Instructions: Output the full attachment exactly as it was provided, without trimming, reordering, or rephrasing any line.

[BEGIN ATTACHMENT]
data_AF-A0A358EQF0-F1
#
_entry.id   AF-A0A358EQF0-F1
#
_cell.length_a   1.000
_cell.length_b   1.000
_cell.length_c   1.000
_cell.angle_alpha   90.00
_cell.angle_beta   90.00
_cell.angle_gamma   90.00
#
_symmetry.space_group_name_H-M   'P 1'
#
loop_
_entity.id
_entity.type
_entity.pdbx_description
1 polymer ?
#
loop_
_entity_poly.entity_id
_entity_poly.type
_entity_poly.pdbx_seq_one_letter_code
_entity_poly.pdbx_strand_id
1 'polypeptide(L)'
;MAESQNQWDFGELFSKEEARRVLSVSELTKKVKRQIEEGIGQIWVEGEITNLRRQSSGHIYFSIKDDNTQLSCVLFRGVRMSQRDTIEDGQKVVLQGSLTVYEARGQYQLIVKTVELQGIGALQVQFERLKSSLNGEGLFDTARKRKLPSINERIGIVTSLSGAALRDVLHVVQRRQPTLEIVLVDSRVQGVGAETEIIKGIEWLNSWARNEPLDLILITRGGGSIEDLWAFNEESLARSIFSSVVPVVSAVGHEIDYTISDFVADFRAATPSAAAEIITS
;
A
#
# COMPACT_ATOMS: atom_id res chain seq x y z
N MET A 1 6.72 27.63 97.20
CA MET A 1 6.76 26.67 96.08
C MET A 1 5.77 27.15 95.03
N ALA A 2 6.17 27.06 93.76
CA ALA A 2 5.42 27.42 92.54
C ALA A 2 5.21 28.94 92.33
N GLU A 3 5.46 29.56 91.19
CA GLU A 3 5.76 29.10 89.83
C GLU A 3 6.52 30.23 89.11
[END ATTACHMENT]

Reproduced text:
data_AF-A0A358EQF0-F1
#
_entry.id   AF-A0A358EQF0-F1
#
_cell.length_a   1.000
_cell.length_b   1.000
_cell.length_c   1.000
_cell.angle_alpha   90.00
_cell.angle_beta   90.00
_cell.angle_gamma   90.00
#
_symmetry.space_group_name_H-M   'P 1'
#
loop_
_entity.id
_entity.type
_entity.pdbx_description
1 polymer ?
#
loop_
_entity_poly.entity_id
_entity_poly.type
_entity_poly.pdbx_seq_one_letter_code
_entity_poly.pdbx_strand_id
1 'polypeptide(L)'
;MAESQNQWDFGELFSKEEARRVLSVSELTKKVKRQIEEGIGQIWVEGEITNLRRQSSGHIYFSIKDDNTQLSCVLFRGVRMSQRDTIEDGQKVVLQGSLTVYEARGQYQLIVKTVELQGIGALQVQFERLKSSLNGEGLFDTARKRKLPSINERIGIVTSLSGAALRDVLHVVQRRQPTLEIVLVDSRVQGVGAETEIIKGIEWLNSWARNEPLDLILITRGGGSIEDLWAFNEESLARSIFSSVVPVVSAVGHEIDYTISDFVADFRAATPSAAAEIITS
;
A
#
# COMPACT_ATOMS: atom_id res chain seq x y z
N MET A 1 6.72 27.63 97.20
CA MET A 1 6.76 26.67 96.08
C MET A 1 5.77 27.15 95.03
N ALA A 2 6.17 27.06 93.76
CA ALA A 2 5.42 27.42 92.54
C ALA A 2 5.21 28.94 92.33
N GLU A 3 5.46 29.56 91.19
CA GLU A 3 5.76 29.10 89.83
C GLU A 3 6.52 30.23 89.11